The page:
Dr. Schenck and colleagues also identified and named Sleep Related Dissociative Disorder in 1989; Sleep Related Eating Disorder in 1991; Status Dissociatus (mixed states of REM sleep, NREM sleep and wake in 1991; Epic Dream Disorder in 1995; Parasomnia Overlap Disorder (RBD linked comorbid with the Non-REM sleep parasomnias Sleepwalking and Sleep Terrors) in 1997;and formulated the first classification of Sexsomnia (abnormal sexual behaviors during sleep) in 2007.

Dr. Schenck and colleague Mark W. Mahowald, M.D. received the “William C. Dement Academic Achievement Award” from the American Academy of Sleep Medicine (AASM) in June 2007, for discovering RBD and other parasomnias. Drs. Schenck and Mahowald received the Sleep Research Society “Outstanding Scientific Achievement Award” in June 2010 for their discovery of RBD and other parasomnias, and also for identifying the strong link of RBD with parkinsonian disorders and with narcolepsy-cataplexy. Drs. Schenck and Mahowald received the "Sleep Science Award" from the American Academy of Neurology (AAN) during the annual AAN meeting in Boston on April 24, 2018 for their discovery of RBD and for the strong link of RBD with parkinsonian disorders.

Drs. Schenck and Mahowald identified and described the medical-legal entities “Parasomnia Pseudo-Suicide” and “Parasomnia With (Intermittent) State-Dependent Danger as a Non-Insane Automatism," and have published extensively on the medical-legal aspects of Parasomnias. They were the founders, along with colleague Michel Cramer Bornemann, M.D. of Sleep Forensic Associates in 2007.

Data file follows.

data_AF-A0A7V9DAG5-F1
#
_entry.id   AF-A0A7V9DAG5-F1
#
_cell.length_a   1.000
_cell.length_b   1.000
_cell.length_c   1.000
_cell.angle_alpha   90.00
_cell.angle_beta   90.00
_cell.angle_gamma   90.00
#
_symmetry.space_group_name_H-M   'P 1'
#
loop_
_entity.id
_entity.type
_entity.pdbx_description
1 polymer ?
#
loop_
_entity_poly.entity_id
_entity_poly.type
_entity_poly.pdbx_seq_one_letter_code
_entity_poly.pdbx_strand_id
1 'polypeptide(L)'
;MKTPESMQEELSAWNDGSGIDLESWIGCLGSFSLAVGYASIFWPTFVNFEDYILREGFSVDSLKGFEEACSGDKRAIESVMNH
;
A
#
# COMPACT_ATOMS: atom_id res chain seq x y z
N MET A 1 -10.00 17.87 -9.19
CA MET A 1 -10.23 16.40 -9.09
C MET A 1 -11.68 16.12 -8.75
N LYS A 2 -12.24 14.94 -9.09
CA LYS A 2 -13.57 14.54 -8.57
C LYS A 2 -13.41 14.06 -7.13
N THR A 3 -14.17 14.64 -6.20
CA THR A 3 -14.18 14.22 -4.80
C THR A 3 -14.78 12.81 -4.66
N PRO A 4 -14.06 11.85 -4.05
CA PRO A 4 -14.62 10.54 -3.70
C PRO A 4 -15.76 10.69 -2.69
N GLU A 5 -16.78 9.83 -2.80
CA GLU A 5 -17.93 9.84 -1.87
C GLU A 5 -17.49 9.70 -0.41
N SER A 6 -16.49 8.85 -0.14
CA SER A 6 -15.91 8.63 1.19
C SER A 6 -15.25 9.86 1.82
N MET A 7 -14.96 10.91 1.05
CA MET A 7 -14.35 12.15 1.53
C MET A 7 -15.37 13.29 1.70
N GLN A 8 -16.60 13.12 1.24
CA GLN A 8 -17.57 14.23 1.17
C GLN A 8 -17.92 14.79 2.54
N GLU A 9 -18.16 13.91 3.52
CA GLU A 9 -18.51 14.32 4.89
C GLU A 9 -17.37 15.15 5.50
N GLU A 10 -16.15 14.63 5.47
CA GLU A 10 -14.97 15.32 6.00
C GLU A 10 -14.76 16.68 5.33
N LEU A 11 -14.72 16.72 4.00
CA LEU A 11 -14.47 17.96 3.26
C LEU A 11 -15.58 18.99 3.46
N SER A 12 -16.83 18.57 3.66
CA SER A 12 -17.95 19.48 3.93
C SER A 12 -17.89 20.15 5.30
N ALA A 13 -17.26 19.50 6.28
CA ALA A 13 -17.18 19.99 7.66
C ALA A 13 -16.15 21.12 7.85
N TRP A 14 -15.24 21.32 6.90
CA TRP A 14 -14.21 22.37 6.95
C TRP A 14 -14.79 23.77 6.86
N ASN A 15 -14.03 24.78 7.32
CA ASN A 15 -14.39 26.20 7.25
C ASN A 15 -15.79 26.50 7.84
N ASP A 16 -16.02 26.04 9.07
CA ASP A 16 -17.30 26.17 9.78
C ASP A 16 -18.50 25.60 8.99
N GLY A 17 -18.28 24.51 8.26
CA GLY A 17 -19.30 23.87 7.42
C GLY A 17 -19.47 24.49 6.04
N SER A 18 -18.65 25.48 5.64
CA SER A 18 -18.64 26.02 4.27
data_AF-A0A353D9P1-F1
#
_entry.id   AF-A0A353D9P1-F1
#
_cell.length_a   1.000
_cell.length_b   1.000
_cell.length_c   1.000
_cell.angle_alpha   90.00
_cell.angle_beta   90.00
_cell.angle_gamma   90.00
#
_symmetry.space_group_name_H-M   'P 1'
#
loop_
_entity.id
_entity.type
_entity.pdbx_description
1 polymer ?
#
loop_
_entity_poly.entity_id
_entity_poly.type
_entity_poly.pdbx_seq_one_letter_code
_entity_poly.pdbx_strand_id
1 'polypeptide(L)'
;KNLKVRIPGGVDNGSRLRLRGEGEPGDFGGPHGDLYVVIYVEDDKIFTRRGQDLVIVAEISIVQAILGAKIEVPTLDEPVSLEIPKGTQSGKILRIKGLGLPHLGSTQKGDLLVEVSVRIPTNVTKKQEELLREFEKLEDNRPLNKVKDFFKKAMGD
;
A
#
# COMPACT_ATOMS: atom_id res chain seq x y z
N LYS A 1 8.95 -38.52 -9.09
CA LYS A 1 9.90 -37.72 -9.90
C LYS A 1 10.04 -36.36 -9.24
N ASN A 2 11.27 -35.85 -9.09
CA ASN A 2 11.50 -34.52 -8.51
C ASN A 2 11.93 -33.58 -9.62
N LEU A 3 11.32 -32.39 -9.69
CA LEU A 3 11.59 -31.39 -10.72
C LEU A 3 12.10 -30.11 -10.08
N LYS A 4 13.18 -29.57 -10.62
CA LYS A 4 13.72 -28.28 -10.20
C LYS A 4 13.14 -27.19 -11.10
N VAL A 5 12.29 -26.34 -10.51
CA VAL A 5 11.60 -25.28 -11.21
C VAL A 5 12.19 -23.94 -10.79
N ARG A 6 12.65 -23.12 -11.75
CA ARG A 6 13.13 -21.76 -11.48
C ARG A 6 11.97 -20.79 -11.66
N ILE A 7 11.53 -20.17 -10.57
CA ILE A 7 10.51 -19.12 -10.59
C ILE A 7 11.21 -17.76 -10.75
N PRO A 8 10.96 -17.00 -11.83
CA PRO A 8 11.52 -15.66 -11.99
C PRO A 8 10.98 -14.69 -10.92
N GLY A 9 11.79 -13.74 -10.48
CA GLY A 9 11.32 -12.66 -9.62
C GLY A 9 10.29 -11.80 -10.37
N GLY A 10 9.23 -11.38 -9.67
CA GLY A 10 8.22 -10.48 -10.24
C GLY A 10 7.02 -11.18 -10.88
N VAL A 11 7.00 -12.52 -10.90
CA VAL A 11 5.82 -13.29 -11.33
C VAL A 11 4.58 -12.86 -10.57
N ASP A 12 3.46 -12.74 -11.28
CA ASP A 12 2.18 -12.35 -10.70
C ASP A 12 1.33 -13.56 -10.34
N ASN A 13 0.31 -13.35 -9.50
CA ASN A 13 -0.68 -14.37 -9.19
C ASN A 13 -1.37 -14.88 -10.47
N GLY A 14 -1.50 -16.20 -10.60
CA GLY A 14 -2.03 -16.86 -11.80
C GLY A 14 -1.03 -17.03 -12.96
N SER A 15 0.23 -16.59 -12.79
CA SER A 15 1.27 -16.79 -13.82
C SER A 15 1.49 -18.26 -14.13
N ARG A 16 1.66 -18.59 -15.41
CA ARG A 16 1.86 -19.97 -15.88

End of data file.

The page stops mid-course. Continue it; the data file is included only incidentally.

Dr. Schenck was Co-Chair of the Parasomnias Committee for The International Classification of Sleep Disorders-2nd Edition (ICSD-2) (AASM, 2005), and was a member of the Parasomnias Committee for the ICSD-3 published in March 2014. He is an Associate Editor of the journal Sleep, he is on the Editorial Board of the journal Sleep Science, and he is on the Executive Committee of the World Association of Sleep Medicine and the World Sleep Society. The August 2013 issue of the journal Sleep Medicine was devoted exclusively to RBD original research and review articles written by basic scientists and clinicians, with Dr. Schenck serving as a Guest Co-Editor of that issue. Dr. Schenck is the Editor of the first textbook on RBD (with 46 chapters written by clinical and basic science investigators) that will be published by Springer in early 2018.

Dr. Schenck’s first book was “Paradox Lost: Midnight in the Battleground of Sleep and Dreams” (Extreme-Nights, LLC, Minneapolis, MN, 2005). His second book was “Sleep: The Mysteries, The Problems, and The Solutions (Penguin/Avery Press, 2007). On June 3, 2011 Dr. Schenck was one of three participants in the symposium, “The Mind After Midnight: Where Do You Go When You Go To Sleep?” that took place during the 4th annual World Science Festival in New York City.